- WiFi access maps: Some of our schools in highly impacted areas contacted local businesses to see if they would be willing to allow students to use their wifi after school hours. This proactive approach helped build community support and engage others with our access challenges. To see a sample wifi map (in English and Spanish) click here.
- Sprint 1 Million Hotspot Grant: In the Spring of 2017, our Digital Equity Team applied for a Sprint 1 Million hotspot grant. We were fortunate enough to be chosen and this fall we deployed hotspots in all of our high schools. In planning to distribute the hotspots, we emphasized making the experience an affirming process for students. To view one of our rollouts, click here.
- Latino Tech Parent Nights: We host Latino parent technology nights to educate parents on how to support their students with technology. Many of these parents have not used a computer before, so educating them about digital citizenship, expectations, and parenting helps show them the value of being connected and of being ready for the future. Click here for an example.
- Kajeet Hotspot Project: To meet the needs at middle and elementary schools, we are piloting a Kajeet hotspot project at three of our highest needs schools. We are working closely to gather data on teaching and learning at these schools in order to inform future adoptions.
Internet access outside of the school day does not guarantee innovation. However, it provides incredible learning opportunities and chances for collaboration. A recent report from CoSN, (the Consortium for School Networking) shared this statistic from the Pew Research Center: “75% of school systems surveyed do not have any off-campus strategies for providing connectivity to students at home and after school.” This is a mind-boggling statistic. For districts who are looking to combat inequity and to cultivate opportunities for innovation for all students, home connectivity needs to be a part of the equation.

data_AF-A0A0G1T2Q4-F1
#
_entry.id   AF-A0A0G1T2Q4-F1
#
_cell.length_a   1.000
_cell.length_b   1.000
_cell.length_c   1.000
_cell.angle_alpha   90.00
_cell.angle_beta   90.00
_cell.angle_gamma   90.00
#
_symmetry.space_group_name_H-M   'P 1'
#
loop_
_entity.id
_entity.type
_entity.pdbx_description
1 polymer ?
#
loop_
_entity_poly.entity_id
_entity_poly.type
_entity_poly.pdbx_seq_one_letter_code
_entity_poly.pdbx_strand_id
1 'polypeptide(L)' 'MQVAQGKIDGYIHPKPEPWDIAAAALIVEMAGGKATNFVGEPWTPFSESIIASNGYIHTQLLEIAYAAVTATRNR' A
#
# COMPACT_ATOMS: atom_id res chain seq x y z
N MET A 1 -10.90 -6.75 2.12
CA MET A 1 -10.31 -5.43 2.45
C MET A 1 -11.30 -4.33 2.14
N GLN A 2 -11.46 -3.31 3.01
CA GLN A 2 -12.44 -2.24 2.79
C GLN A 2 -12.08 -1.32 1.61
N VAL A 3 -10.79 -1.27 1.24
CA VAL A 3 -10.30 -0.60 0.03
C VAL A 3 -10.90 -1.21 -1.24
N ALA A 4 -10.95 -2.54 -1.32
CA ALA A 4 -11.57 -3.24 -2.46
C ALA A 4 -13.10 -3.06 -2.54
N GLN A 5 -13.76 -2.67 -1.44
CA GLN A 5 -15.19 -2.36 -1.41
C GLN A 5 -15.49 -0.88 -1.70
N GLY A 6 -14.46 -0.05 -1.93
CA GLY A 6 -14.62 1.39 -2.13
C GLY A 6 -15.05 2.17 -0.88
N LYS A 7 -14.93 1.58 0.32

State. In most all states, districts fall on a broad continuum with respect to innovation. Some of this is budgetary, some of this due to staffing, and some due to school culture and expectations. Whatever the cause, traveling to schools around your state can lead to “aha” moments with respect to where innovation and engagement is interwoven into districts and where it is not. Initial indicators might be basic infrastructure and resources.
Inequities can also exist between districts in the same state. Although innovation can occur anywhere, a district in a funding crisis spends less on professional learning and class materials. Looking beyond funding, some districts strive to make innovation a part of their culture. It can often be found in district directives (a district that has innovation as a key value for its schools and community doesn’t guarantee innovation, but it certainly can facilitate it). Directives aside, the biggest way to see inequities between districts is to walk the halls and see what types of opportunities students are having on a daily basis. Are students getting a chance to create, to fail, to rethink, and to try again? Are teachers allowed to pursue innovative teaching strategies and do they have time to collaborate with other teachers? After considering budgets, district policies, and what is actually happening with students, it becomes pretty clear that some districts are providing fertile ground for innovation while others are plowing tired soil.
From Inequity to Invitation
Innovation, by its very nature of pushing the envelope to provide rich learning environments, leads to inequity. As some districts and schools work to reimagine learning, and while others cling to past practices, inequities naturally arise. Consequently, the education that a student receives at one school can be wildly different than a student at a school just a few miles away.
Innovation may begin as an individual initiative, but next generation learning models are a team sport. Developing and supporting individualized learning pathways requires collaboration around new tools and new learning models.
The more that educators can share in an invitational manner, the greater the chance will be that other teachers and districts will be willing to adapt.